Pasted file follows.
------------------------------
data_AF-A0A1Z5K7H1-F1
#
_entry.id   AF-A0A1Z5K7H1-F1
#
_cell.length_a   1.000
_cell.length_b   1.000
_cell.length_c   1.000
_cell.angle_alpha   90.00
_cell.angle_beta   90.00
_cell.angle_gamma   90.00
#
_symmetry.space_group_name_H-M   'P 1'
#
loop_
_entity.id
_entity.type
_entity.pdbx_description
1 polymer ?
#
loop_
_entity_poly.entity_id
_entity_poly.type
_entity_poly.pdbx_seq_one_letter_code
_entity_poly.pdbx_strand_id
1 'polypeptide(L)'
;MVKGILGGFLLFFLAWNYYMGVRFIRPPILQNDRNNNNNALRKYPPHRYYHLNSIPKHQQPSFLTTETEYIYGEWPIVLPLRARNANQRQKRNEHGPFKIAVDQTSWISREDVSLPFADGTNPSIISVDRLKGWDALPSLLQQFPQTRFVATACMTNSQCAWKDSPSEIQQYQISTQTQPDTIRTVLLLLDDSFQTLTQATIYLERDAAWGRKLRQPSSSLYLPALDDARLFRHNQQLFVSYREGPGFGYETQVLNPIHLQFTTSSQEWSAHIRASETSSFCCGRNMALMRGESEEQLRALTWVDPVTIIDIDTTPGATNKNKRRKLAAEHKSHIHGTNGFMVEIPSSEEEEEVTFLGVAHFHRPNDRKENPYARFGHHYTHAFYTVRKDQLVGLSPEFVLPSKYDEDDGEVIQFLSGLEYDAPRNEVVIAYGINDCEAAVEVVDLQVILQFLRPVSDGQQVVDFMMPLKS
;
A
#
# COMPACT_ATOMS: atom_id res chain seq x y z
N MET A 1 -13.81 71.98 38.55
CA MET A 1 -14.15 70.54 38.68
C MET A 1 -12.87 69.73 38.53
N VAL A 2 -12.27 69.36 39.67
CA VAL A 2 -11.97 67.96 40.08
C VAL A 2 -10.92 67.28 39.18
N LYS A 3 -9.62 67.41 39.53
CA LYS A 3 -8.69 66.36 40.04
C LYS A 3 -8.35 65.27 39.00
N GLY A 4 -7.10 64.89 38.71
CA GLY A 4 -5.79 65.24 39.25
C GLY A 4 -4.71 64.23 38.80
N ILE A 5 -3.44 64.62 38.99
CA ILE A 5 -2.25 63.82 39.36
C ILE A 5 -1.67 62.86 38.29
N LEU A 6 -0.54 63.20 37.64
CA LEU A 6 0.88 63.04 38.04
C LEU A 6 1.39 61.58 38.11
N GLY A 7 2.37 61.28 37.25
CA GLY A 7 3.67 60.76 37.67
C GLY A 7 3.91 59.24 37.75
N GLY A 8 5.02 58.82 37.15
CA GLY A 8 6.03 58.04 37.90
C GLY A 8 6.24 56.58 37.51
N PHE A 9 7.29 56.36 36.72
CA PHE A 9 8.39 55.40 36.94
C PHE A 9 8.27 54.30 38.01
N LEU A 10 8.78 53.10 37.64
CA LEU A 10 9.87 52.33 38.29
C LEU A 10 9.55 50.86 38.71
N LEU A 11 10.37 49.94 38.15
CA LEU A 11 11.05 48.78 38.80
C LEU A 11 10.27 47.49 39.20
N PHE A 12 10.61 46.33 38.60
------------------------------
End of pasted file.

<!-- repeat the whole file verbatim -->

data_AF-A0A1Z5K7H1-F1
#
_entry.id   AF-A0A1Z5K7H1-F1
#
_cell.length_a   1.000
_cell.length_b   1.000
_cell.length_c   1.000
_cell.angle_alpha   90.00
_cell.angle_beta   90.00
_cell.angle_gamma   90.00
#
_symmetry.space_group_name_H-M   'P 1'
#
loop_
_entity.id
_entity.type
_entity.pdbx_description
1 polymer ?
#
loop_
_entity_poly.entity_id
_entity_poly.type
_entity_poly.pdbx_seq_one_letter_code
_entity_poly.pdbx_strand_id
1 'polypeptide(L)'
;MVKGILGGFLLFFLAWNYYMGVRFIRPPILQNDRNNNNNALRKYPPHRYYHLNSIPKHQQPSFLTTETEYIYGEWPIVLPLRARNANQRQKRNEHGPFKIAVDQTSWISREDVSLPFADGTNPSIISVDRLKGWDALPSLLQQFPQTRFVATACMTNSQCAWKDSPSEIQQYQISTQTQPDTIRTVLLLLDDSFQTLTQATIYLERDAAWGRKLRQPSSSLYLPALDDARLFRHNQQLFVSYREGPGFGYETQVLNPIHLQFTTSSQEWSAHIRASETSSFCCGRNMALMRGESEEQLRALTWVDPVTIIDIDTTPGATNKNKRRKLAAEHKSHIHGTNGFMVEIPSSEEEEEVTFLGVAHFHRPNDRKENPYARFGHHYTHAFYTVRKDQLVGLSPEFVLPSKYDEDDGEVIQFLSGLEYDAPRNEVVIAYGINDCEAAVEVVDLQVILQFLRPVSDGQQVVDFMMPLKS
;
A
#
# COMPACT_ATOMS: atom_id res chain seq x y z
N MET A 1 -13.81 71.98 38.55
CA MET A 1 -14.15 70.54 38.68
C MET A 1 -12.87 69.73 38.53
N VAL A 2 -12.27 69.36 39.67
CA VAL A 2 -11.97 67.96 40.08
C VAL A 2 -10.92 67.28 39.18
N LYS A 3 -9.62 67.41 39.53
CA LYS A 3 -8.69 66.36 40.04
C LYS A 3 -8.35 65.27 39.00
N GLY A 4 -7.10 64.89 38.71
CA GLY A 4 -5.79 65.24 39.25
C GLY A 4 -4.71 64.23 38.80
N ILE A 5 -3.44 64.62 38.99
CA ILE A 5 -2.25 63.82 39.36
C ILE A 5 -1.67 62.86 38.29
N LEU A 6 -0.54 63.20 37.64
CA LEU A 6 0.88 63.04 38.04
C LEU A 6 1.39 61.58 38.11
N GLY A 7 2.37 61.28 37.25
CA GLY A 7 3.67 60.76 37.67
C GLY A 7 3.91 59.24 37.75
N GLY A 8 5.02 58.82 37.15
CA GLY A 8 6.03 58.04 37.90
C GLY A 8 6.24 56.58 37.51
N PHE A 9 7.29 56.36 36.72
CA PHE A 9 8.39 55.40 36.94
C PHE A 9 8.27 54.30 38.01
N LEU A 10 8.78 53.10 37.64
CA LEU A 10 9.87 52.33 38.29
C LEU A 10 9.55 50.86 38.71
N LEU A 11 10.37 49.94 38.15
CA LEU A 11 11.05 48.78 38.80
C LEU A 11 10.27 47.49 39.20
N PHE A 12 10.61 46.33 38.60